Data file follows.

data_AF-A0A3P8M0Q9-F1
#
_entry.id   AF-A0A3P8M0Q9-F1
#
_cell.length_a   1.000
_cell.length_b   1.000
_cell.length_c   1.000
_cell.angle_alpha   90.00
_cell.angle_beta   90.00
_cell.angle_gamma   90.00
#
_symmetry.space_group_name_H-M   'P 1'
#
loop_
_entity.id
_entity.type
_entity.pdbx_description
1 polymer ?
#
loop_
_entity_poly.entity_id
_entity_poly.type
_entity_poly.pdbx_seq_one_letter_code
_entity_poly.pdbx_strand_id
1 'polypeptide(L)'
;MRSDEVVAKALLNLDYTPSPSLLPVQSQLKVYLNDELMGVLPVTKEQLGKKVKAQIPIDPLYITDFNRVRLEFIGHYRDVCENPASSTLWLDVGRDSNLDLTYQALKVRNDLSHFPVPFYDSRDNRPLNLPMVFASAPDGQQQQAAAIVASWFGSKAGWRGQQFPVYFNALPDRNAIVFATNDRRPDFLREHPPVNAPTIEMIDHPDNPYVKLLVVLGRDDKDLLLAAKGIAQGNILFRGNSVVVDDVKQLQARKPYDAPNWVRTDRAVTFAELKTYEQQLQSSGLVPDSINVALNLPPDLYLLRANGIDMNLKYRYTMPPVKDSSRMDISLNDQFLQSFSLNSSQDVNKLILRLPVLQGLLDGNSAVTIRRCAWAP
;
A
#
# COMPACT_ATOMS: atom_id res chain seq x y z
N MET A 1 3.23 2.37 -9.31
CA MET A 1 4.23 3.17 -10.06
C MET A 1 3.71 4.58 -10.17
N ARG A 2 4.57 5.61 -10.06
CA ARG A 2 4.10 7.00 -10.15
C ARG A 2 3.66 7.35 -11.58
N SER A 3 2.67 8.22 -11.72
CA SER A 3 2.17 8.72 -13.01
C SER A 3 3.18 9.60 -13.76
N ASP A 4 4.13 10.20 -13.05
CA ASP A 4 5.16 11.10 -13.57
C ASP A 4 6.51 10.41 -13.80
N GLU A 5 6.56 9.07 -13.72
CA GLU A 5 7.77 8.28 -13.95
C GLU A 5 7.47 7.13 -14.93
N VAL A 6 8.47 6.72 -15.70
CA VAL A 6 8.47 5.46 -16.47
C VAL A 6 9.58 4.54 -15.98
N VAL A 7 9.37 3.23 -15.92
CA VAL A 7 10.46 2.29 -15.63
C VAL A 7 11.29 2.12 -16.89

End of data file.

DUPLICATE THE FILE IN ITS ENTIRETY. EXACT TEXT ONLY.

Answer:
data_AF-A0A3P8M0Q9-F1
#
_entry.id   AF-A0A3P8M0Q9-F1
#
_cell.length_a   1.000
_cell.length_b   1.000
_cell.length_c   1.000
_cell.angle_alpha   90.00
_cell.angle_beta   90.00
_cell.angle_gamma   90.00
#
_symmetry.space_group_name_H-M   'P 1'
#
loop_
_entity.id
_entity.type
_entity.pdbx_description
1 polymer ?
#
loop_
_entity_poly.entity_id
_entity_poly.type
_entity_poly.pdbx_seq_one_letter_code
_entity_poly.pdbx_strand_id
1 'polypeptide(L)'
;MRSDEVVAKALLNLDYTPSPSLLPVQSQLKVYLNDELMGVLPVTKEQLGKKVKAQIPIDPLYITDFNRVRLEFIGHYRDVCENPASSTLWLDVGRDSNLDLTYQALKVRNDLSHFPVPFYDSRDNRPLNLPMVFASAPDGQQQQAAAIVASWFGSKAGWRGQQFPVYFNALPDRNAIVFATNDRRPDFLREHPPVNAPTIEMIDHPDNPYVKLLVVLGRDDKDLLLAAKGIAQGNILFRGNSVVVDDVKQLQARKPYDAPNWVRTDRAVTFAELKTYEQQLQSSGLVPDSINVALNLPPDLYLLRANGIDMNLKYRYTMPPVKDSSRMDISLNDQFLQSFSLNSSQDVNKLILRLPVLQGLLDGNSAVTIRRCAWAP
;
A
#
# COMPACT_ATOMS: atom_id res chain seq x y z
N MET A 1 3.23 2.37 -9.31
CA MET A 1 4.23 3.17 -10.06
C MET A 1 3.71 4.58 -10.17
N ARG A 2 4.57 5.61 -10.06
CA ARG A 2 4.10 7.00 -10.15
C ARG A 2 3.66 7.35 -11.58
N SER A 3 2.67 8.22 -11.72
CA SER A 3 2.17 8.72 -13.01
C SER A 3 3.18 9.60 -13.76
N ASP A 4 4.13 10.20 -13.05
CA ASP A 4 5.16 11.10 -13.57
C ASP A 4 6.51 10.41 -13.80
N GLU A 5 6.56 9.07 -13.72
CA GLU A 5 7.77 8.28 -13.95
C GLU A 5 7.47 7.13 -14.93
N VAL A 6 8.47 6.72 -15.70
CA VAL A 6 8.47 5.46 -16.47
C VAL A 6 9.58 4.54 -15.98
N VAL A 7 9.37 3.23 -15.92
CA VAL A 7 10.46 2.29 -15.63
C VAL A 7 11.29 2.12 -16.89